Hydraulic fracturing is a process of harvesting natural gas from shale rock by drilling into it and injecting fluids at high pressures until the rock is fractured. Fracking began as an experiment in the 1940’s and has now being used by oil companies as a way to harvest natural gases. While fracking may be a way to gain economic profits by providing jobs and a US-based energy source, the risks of fracking must be addressed by proper pollution-control initiatives.
The main issue is the water contamination caused by the dumped wastewater or produced water. Fracking produces wastewater whose full effect on surrounding water and air supplies are just now being tested.
Currently, California is the only state to have a comprehensive air and water contamination evaluation system in place. This monitoring system tests air and water quality near unconventional drilling sites and reports back the chemicals deposited by produced water.
This new monitoring system has been implemented since 2013 and has found carcinogens, lead, radioactive chemicals, benzene, arsenic and other cancer causing chemicals in 83% of samples.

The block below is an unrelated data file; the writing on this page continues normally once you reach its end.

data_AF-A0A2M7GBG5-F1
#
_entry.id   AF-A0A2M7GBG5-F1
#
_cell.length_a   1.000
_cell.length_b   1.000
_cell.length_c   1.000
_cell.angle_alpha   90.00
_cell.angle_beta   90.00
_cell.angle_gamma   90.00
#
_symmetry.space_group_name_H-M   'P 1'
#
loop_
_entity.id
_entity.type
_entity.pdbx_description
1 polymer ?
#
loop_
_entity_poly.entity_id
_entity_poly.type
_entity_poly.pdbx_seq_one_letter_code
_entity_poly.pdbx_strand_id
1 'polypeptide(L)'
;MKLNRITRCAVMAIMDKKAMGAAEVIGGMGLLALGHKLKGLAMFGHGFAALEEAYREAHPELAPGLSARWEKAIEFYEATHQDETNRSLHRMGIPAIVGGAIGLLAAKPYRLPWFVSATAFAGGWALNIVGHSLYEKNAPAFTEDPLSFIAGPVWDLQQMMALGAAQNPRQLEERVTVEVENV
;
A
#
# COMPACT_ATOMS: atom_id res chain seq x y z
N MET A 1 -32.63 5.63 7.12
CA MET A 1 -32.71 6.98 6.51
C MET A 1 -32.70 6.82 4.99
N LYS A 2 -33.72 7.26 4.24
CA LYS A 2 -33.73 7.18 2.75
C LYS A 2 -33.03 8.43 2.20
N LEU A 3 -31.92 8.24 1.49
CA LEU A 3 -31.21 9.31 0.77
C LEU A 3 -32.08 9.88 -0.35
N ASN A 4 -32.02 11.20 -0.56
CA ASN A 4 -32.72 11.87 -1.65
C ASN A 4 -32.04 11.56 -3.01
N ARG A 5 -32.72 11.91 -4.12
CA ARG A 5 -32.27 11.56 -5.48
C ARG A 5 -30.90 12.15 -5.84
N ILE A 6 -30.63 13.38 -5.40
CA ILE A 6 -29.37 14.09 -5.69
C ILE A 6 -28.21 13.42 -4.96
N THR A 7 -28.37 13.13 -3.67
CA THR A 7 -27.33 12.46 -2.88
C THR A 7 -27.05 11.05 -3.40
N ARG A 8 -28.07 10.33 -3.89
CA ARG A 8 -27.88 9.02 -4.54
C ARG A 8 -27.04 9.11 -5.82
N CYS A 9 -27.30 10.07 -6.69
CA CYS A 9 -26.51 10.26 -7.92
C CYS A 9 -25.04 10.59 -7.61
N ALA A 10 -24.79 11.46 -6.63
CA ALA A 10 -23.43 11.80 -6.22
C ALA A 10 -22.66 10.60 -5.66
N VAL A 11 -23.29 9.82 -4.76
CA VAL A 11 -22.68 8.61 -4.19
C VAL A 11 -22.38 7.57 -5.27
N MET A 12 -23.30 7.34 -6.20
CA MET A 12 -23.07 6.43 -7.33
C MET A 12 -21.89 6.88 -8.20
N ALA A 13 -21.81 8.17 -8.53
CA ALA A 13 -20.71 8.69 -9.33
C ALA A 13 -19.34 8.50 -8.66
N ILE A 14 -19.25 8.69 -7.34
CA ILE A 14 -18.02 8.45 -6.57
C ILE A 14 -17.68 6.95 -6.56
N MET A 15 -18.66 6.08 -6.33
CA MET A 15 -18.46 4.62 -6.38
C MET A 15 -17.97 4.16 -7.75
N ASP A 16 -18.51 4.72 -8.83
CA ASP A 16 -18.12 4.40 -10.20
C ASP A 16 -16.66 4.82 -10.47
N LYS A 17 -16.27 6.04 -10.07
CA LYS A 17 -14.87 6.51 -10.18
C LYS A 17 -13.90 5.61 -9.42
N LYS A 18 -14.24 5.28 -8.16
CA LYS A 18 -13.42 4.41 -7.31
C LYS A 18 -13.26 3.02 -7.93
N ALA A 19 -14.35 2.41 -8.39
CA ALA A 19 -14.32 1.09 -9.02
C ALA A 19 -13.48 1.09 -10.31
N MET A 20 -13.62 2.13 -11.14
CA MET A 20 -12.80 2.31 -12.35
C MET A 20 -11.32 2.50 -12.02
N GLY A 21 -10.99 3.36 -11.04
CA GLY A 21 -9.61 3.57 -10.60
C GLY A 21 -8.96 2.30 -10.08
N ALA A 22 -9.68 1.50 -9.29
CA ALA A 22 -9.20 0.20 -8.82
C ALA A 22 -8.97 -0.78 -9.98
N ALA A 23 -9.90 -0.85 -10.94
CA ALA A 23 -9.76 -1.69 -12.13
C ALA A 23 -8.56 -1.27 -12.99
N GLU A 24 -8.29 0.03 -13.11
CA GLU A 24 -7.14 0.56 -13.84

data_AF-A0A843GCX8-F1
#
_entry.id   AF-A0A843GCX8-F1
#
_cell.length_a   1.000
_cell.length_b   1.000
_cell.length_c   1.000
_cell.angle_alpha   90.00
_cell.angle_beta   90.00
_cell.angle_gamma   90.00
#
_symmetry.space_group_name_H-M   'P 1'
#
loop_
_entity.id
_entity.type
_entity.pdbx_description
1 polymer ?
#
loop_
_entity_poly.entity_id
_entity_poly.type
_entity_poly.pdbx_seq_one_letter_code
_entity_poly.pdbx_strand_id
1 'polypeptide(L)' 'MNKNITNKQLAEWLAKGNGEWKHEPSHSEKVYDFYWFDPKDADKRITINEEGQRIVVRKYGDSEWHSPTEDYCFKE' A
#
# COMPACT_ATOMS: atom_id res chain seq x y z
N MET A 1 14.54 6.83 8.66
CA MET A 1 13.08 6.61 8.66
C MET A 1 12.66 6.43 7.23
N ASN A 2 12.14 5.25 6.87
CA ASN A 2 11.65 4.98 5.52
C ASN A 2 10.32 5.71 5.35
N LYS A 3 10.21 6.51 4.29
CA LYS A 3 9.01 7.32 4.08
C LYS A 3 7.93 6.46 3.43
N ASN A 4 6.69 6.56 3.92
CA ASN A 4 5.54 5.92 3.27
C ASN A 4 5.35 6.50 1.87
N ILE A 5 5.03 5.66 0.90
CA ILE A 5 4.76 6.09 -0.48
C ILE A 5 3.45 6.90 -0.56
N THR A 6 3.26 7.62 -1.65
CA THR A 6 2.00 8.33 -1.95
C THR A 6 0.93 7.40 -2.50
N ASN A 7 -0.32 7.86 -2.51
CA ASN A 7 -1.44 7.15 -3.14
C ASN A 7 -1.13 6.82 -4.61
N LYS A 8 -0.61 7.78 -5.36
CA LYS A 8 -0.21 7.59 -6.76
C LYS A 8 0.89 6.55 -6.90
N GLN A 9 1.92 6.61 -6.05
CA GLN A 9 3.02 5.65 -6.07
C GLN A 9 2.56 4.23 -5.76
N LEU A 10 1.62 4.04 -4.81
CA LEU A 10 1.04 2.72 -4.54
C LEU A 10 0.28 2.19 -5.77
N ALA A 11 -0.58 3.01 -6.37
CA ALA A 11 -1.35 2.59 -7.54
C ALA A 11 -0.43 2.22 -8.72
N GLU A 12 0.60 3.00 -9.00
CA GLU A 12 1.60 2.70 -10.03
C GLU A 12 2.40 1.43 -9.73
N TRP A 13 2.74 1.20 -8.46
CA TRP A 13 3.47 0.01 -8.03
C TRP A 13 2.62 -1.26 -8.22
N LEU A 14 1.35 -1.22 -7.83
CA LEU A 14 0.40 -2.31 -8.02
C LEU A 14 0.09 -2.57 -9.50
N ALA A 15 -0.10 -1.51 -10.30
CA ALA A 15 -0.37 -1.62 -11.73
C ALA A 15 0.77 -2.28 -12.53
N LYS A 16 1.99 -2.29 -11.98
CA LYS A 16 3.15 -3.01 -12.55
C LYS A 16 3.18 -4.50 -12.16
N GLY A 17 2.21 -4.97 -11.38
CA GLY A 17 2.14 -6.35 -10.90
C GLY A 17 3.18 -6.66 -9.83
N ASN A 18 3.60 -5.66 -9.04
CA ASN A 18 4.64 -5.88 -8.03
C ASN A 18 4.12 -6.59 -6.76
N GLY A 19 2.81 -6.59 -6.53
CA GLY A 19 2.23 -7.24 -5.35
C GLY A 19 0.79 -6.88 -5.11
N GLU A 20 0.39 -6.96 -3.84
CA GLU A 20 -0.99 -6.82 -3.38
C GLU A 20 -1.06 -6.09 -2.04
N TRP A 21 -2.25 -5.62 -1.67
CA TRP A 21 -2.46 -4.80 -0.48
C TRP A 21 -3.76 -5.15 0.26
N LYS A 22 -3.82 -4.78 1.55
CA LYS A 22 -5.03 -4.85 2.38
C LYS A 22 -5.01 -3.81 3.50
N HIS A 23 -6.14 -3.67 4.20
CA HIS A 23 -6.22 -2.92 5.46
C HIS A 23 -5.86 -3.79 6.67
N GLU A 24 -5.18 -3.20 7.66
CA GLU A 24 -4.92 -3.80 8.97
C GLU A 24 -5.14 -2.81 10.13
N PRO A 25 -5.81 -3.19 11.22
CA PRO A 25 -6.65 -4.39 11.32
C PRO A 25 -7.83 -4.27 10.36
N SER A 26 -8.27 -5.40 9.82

Monitoring the dump sites is the first step, but the more important issue is being able to find the dump sites since fracking companies are not required to disclose where they dispose of their produced water.
The current solution is problematic as produced water treatment facilities are few and far between. The cost of transporting the contaminated water has proved to be prohibitive to fracking companies.
One solution being used by a few fracking companies is recycling the produced water. These companies have built above-ground water treatment facilities on their fracking sites to be able clean their own produced water as well as to reuse this water for fracking again. This recycling solution not only saves the environment from contaminated produced water, it saves the company the time and money that would be used to transport and clean their water and it also provides an endless supply of injection water for their fracking business.
While produced water is currently one of the greatest local environmental concerns, as with any challenge, it is becoming a great catalyst for the human ingenuity necessary to find a solution to this problem.
To learn how Baker Furnace is working to address the water problems associated with fracking, click HERE.